In today's column in The Star (free to subscribers), I write about Neel Kashkari, the son of parents who emigrated from India, the former Treasury Department official who ran the bank bailout program and the unlikely candidate for governor who many GOP officials around the state believe could help advance the cause of repairing the Republican Party's dreadful brand in this Democrat-dominated state.
I spoke with Kashkari on the phone for 40 minutes this morning. His accessibility is refreshing, especially in contrast with the recent past. It will be four years ago in March that the previous GOP candidate for governor, Meg Whitman, famously held a press conference and then ran from the press without taking questions.
In any event, there was much that Kashkari had to say that couldn't make the cut in writing a 750-word column. It was an engaging and informative discussion, marked with only one testy exchange when he took offense after I asked whether it might be considered arrogant for someone with so little experience to suggest he could do a superior job of tackling such complex and intractable California policy issues as prison overcrowding and water policy. More on that at the end. Here are some notable outtakes from the interview:
ON EDUCATION POLICY: Although Kashkari said he is not yet prepared to release his policy prescription on education, he offered some clues. He suggested he will advocate a renewed emphasis on what he called "vocational education," eschewing today's more politically correct term, "career-tech education."
"We're sending a message of college, college, college. What if we brought back real-world skills?" he asked, citing welding as an example.
In addition, although he declined to rule out the possibility of including some sort of school-voucher plan in his proposals, Kashkari indicated that his plans will be much more expansive than simply calling for vouchers, charter schools or other alternative approaches to schools. "We have to fix traditional, core public schools," he said.
ON CLIMATE CHANGE: Although, as noted in the column, Kashkari said he finds the science on man-made climate change "compelling," he is agnostic on AB 32, the state's landmark law requiring a rollback in greenhouse gas emissions to 1990 levels. His concern is that unless the still-developing economies of China and India take steps to reduce greenhouse gas emissions, California's law will have no effect on climate change.
"We have to develop technologies that are both cleaner and cheaper so that China and India adopt them. AB 32 is a very crude way of dealing with that. It's designed to increase the cost of power and encourage investment in alternatives."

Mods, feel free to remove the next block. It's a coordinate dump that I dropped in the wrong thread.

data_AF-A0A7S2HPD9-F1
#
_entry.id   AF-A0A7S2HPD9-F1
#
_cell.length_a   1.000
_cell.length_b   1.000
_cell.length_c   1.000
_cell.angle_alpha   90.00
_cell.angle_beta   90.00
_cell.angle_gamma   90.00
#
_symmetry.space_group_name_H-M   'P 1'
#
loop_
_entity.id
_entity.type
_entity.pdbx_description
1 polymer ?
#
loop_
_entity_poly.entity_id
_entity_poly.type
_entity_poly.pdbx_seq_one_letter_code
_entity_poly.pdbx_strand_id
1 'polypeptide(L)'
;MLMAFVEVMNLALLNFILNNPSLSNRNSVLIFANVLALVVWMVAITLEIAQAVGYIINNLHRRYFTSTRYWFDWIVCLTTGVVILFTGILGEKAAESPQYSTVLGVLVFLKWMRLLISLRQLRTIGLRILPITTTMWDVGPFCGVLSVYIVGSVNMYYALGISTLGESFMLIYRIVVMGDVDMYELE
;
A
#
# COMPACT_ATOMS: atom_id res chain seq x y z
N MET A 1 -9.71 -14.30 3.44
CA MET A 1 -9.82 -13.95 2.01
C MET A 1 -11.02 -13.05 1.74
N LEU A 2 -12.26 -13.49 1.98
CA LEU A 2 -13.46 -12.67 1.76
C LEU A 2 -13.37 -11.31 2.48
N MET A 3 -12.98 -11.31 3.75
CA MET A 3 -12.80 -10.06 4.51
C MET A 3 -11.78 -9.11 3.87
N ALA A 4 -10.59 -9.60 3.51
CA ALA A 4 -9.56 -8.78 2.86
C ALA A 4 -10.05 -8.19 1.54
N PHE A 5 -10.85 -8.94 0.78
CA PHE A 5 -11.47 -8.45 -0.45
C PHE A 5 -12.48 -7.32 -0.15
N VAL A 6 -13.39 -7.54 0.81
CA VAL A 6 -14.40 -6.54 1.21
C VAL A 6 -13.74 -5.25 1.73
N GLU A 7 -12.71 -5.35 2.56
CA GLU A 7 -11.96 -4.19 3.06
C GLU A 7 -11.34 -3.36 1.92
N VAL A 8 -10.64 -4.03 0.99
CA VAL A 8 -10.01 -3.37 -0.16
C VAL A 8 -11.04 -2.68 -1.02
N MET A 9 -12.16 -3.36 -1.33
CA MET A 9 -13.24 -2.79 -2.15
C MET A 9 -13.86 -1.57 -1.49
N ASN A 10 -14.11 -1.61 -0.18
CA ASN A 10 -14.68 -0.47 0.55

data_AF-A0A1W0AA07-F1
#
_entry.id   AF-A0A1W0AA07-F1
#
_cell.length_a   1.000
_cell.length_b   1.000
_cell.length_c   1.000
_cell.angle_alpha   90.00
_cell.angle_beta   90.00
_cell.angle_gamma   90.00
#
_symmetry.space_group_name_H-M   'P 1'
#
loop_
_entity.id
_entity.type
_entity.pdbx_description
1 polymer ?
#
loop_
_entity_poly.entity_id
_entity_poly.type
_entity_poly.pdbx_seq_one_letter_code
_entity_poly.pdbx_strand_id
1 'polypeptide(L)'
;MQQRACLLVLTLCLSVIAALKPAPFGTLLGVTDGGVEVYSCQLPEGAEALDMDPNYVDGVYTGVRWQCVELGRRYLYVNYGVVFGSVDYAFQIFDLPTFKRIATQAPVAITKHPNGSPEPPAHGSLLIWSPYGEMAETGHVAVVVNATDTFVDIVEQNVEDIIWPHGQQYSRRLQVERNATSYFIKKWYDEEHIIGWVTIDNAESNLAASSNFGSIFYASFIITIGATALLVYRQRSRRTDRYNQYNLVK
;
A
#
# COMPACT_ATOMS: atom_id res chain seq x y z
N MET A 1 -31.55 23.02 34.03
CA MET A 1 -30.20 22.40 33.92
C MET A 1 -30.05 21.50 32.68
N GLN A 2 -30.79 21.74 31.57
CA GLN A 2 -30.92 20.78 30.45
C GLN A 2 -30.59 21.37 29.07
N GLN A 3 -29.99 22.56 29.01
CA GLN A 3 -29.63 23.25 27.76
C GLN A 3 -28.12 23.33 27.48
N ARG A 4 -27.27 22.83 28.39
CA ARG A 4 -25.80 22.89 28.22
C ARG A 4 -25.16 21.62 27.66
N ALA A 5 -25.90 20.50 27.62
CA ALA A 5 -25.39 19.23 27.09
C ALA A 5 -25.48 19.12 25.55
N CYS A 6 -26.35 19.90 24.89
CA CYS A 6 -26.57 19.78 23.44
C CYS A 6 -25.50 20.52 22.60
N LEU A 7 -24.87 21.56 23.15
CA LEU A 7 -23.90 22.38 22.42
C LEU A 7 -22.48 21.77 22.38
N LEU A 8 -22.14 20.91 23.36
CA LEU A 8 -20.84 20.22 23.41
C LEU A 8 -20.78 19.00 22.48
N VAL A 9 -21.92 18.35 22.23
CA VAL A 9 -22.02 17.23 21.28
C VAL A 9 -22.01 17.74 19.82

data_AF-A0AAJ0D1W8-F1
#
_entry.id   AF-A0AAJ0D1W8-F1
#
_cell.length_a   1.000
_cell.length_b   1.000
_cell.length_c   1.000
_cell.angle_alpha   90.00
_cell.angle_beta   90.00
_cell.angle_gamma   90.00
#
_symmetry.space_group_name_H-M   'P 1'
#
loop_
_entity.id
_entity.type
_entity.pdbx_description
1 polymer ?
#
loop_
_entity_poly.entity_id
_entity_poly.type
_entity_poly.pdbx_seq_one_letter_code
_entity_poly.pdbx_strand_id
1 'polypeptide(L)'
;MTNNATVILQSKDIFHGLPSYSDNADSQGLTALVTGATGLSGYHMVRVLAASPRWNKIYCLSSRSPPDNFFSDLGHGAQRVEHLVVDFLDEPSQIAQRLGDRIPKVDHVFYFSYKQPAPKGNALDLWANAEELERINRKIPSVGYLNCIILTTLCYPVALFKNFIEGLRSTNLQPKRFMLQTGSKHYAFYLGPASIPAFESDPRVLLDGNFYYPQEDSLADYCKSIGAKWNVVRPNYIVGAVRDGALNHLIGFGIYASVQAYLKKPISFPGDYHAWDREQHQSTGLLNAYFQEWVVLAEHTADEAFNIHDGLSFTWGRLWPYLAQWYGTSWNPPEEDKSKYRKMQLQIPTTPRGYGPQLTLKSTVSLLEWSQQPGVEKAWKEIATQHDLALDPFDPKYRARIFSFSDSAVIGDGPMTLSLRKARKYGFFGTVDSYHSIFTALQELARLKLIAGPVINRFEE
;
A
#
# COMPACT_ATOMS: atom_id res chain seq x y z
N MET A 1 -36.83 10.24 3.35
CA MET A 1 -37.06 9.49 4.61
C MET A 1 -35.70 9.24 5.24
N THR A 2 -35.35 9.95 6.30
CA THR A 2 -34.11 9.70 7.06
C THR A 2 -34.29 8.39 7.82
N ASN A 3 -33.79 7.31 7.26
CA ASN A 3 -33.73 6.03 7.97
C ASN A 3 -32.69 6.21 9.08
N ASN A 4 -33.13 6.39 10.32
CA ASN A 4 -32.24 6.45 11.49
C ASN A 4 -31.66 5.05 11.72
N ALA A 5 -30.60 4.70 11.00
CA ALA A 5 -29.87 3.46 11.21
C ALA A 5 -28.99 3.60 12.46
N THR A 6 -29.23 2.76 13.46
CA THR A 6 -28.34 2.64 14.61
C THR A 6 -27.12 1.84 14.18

But if, as a result of increased power costs, companies leave California, he said, "We've done nothing to decrease greenhouse gas emissions. "Funding research makes a lot more sense."
ON THE AFFORDABLE CARE ACT: He called it the settled law of the land, but said there are "fundamental problems that need to be fixed. But if it's beyond fixing, Washington needs to replace it with something better." He added that any replacement would also have to attempt to expand coverage to the uninsured.
ON GOV. JERRY BROWN: He called the governor "an honorable man" and says he much admires the fact that although Brown was born into a life of relative privilege, "he's chosen a life of service."
But the compliments ended there. He asserted Brown should go get no credit for the fact that the state budget situation has improved from massive deficits when he took office to one in which annual surpluses are now forecast into the foreseeable future -- "no more than I should take credit for the stock market going up. He's patting himself on the back for the fact that the stock market went up." He said there is a "huge disconnect between the self-congratulatory rhetoric" coming out of Sacramento and the day-to-day struggles of everyday Californians.
ON HIS LACK OF EXPERIENCE: "How much experience did I have when I went to Washington, D.C.? Everyone said, 'My gosh, Washington is so complicated.' We figured it out. We worked with people. I think it's good training. If experience was all that mattered, Gov. Brown would have fixed these problems."
He cited California's Ronald Reagan, Louisiana's Bobby Jindal and Indiana's Mitch Daniels as individuals who had no previous government experience but turned out to be effective governors.
I cited the more recent California example of Arnold Schwarzenegger, someone else without experience who became governor but then left office after seven years with very low public approval ratings and the state suffering from huge budget shortfalls.
At that Kashkari turned defensive. He asked whether, after having talked with him for half an hour, it wasn't apparent that he was more thoughtful than Schwarzenegger.
It wasn't my place to be argumentative, but it should be pointed out that -- whatever faults Schwarzenegger may have had -- no one I know who dealt with him while he was governor ever questioned Schwarzenegger's intellectual capacity.